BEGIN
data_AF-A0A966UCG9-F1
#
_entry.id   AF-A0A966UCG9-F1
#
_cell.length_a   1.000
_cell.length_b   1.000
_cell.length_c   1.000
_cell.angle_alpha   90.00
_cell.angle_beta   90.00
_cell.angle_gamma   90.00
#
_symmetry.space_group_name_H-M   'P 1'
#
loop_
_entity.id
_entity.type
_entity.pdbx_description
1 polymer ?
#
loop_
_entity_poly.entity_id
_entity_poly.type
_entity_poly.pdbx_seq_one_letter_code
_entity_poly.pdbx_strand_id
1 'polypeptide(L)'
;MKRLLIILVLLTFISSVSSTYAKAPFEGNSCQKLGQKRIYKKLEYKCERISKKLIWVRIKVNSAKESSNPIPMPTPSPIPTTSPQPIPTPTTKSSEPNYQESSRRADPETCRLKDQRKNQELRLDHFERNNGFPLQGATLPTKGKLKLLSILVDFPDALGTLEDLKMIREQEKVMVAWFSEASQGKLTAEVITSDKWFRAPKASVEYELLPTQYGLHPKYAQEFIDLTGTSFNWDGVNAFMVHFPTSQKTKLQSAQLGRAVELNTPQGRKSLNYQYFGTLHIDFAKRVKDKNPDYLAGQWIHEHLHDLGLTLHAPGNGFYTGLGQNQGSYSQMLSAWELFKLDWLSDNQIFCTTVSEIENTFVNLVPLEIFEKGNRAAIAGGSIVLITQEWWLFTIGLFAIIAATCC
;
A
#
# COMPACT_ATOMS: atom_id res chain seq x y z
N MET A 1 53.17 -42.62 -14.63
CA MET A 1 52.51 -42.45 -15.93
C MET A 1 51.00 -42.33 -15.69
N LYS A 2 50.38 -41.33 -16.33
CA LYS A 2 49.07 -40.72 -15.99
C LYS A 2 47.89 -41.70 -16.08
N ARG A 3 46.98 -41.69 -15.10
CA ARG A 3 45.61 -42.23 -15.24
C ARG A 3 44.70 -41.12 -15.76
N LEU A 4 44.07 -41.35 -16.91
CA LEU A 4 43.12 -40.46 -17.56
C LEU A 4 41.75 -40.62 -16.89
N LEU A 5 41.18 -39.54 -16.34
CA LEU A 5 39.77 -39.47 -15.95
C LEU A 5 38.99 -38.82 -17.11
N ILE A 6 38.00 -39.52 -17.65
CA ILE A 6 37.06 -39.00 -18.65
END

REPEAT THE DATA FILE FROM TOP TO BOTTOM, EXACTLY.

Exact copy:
data_AF-A0A966UCG9-F1
#
_entry.id   AF-A0A966UCG9-F1
#
_cell.length_a   1.000
_cell.length_b   1.000
_cell.length_c   1.000
_cell.angle_alpha   90.00
_cell.angle_beta   90.00
_cell.angle_gamma   90.00
#
_symmetry.space_group_name_H-M   'P 1'
#
loop_
_entity.id
_entity.type
_entity.pdbx_description
1 polymer ?
#
loop_
_entity_poly.entity_id
_entity_poly.type
_entity_poly.pdbx_seq_one_letter_code
_entity_poly.pdbx_strand_id
1 'polypeptide(L)'
;MKRLLIILVLLTFISSVSSTYAKAPFEGNSCQKLGQKRIYKKLEYKCERISKKLIWVRIKVNSAKESSNPIPMPTPSPIPTTSPQPIPTPTTKSSEPNYQESSRRADPETCRLKDQRKNQELRLDHFERNNGFPLQGATLPTKGKLKLLSILVDFPDALGTLEDLKMIREQEKVMVAWFSEASQGKLTAEVITSDKWFRAPKASVEYELLPTQYGLHPKYAQEFIDLTGTSFNWDGVNAFMVHFPTSQKTKLQSAQLGRAVELNTPQGRKSLNYQYFGTLHIDFAKRVKDKNPDYLAGQWIHEHLHDLGLTLHAPGNGFYTGLGQNQGSYSQMLSAWELFKLDWLSDNQIFCTTVSEIENTFVNLVPLEIFEKGNRAAIAGGSIVLITQEWWLFTIGLFAIIAATCC
;
A
#
# COMPACT_ATOMS: atom_id res chain seq x y z
N MET A 1 53.17 -42.62 -14.63
CA MET A 1 52.51 -42.45 -15.93
C MET A 1 51.00 -42.33 -15.69
N LYS A 2 50.38 -41.33 -16.33
CA LYS A 2 49.07 -40.72 -15.99
C LYS A 2 47.89 -41.70 -16.08
N ARG A 3 46.98 -41.69 -15.10
CA ARG A 3 45.61 -42.23 -15.24
C ARG A 3 44.70 -41.12 -15.76
N LEU A 4 44.07 -41.35 -16.91
CA LEU A 4 43.12 -40.46 -17.56
C LEU A 4 41.75 -40.62 -16.89
N LEU A 5 41.18 -39.54 -16.34
CA LEU A 5 39.77 -39.47 -15.95
C LEU A 5 38.99 -38.82 -17.11
N ILE A 6 38.00 -39.52 -17.65
CA ILE A 6 37.06 -39.00 -18.65